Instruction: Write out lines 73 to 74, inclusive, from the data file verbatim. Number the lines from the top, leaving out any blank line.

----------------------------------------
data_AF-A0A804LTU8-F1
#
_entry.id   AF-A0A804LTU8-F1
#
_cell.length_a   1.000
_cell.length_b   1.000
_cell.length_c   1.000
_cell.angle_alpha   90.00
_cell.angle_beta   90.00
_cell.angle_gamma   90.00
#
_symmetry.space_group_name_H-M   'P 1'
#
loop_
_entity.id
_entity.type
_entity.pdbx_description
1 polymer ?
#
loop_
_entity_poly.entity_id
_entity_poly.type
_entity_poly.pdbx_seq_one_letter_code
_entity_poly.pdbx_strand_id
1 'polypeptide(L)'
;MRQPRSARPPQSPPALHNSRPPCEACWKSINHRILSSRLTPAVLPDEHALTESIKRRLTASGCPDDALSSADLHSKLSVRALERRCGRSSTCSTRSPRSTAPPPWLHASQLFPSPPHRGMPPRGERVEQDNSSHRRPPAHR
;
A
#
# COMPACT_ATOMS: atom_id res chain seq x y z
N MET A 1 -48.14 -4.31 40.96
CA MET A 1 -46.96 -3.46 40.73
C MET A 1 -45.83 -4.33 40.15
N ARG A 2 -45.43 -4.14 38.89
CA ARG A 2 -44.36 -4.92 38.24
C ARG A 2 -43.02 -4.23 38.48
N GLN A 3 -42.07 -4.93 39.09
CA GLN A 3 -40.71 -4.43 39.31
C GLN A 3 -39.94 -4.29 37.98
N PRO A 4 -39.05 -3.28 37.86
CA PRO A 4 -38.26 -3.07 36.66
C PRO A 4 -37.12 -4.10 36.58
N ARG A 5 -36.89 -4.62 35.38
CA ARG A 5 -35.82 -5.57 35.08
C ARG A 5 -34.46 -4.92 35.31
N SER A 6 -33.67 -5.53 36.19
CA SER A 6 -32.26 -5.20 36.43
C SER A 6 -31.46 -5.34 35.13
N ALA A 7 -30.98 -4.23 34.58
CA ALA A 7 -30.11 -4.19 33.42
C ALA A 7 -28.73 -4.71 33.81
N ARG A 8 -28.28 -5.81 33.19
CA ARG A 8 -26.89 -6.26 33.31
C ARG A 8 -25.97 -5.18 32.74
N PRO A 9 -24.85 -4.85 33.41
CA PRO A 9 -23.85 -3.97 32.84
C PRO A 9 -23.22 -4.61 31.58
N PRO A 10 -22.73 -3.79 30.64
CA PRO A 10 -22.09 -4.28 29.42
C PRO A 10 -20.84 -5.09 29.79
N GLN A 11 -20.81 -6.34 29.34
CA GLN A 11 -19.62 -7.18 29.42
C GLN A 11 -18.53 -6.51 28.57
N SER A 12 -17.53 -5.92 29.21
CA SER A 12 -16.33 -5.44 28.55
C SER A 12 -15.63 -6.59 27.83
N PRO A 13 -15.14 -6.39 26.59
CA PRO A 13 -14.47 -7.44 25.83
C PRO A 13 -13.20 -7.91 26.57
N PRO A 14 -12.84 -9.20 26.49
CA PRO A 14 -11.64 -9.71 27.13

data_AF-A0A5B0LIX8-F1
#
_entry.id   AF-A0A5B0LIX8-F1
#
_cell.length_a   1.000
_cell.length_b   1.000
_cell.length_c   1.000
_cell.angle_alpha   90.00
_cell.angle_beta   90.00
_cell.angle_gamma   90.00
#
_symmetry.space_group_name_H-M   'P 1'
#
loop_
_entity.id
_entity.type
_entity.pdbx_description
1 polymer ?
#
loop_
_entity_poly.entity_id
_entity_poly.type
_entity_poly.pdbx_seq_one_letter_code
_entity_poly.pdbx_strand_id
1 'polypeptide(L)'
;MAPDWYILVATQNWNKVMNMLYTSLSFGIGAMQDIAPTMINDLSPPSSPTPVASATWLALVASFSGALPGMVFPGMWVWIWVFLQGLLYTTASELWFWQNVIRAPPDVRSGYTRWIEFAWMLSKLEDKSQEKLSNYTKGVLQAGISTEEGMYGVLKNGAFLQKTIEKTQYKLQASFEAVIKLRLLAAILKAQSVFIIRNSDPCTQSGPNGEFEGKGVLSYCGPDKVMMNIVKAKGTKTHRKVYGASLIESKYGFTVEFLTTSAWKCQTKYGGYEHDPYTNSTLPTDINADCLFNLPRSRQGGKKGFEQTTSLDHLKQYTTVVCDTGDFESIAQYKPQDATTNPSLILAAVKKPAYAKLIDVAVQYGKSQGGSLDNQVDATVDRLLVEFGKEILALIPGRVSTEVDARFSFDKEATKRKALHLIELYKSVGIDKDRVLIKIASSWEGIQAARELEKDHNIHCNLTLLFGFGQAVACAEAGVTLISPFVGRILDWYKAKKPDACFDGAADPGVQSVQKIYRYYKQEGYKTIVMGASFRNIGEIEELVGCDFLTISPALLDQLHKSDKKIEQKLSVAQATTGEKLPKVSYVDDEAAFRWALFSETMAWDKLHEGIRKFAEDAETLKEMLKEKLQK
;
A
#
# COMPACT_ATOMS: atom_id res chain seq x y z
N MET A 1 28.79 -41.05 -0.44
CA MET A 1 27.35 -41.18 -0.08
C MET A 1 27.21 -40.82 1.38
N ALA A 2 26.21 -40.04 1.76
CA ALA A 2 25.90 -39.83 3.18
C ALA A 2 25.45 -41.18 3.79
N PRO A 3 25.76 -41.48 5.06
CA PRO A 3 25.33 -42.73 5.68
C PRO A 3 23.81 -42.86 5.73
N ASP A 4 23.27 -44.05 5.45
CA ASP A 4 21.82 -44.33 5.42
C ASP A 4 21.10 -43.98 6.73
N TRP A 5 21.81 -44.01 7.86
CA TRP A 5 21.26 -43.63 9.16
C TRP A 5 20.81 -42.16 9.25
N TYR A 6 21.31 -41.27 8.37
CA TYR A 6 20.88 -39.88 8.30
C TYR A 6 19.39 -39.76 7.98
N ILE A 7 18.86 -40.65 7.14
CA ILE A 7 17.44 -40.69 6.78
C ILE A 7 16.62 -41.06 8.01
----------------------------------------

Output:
#
_entry.id   AF-A0A5B0LIX8-F1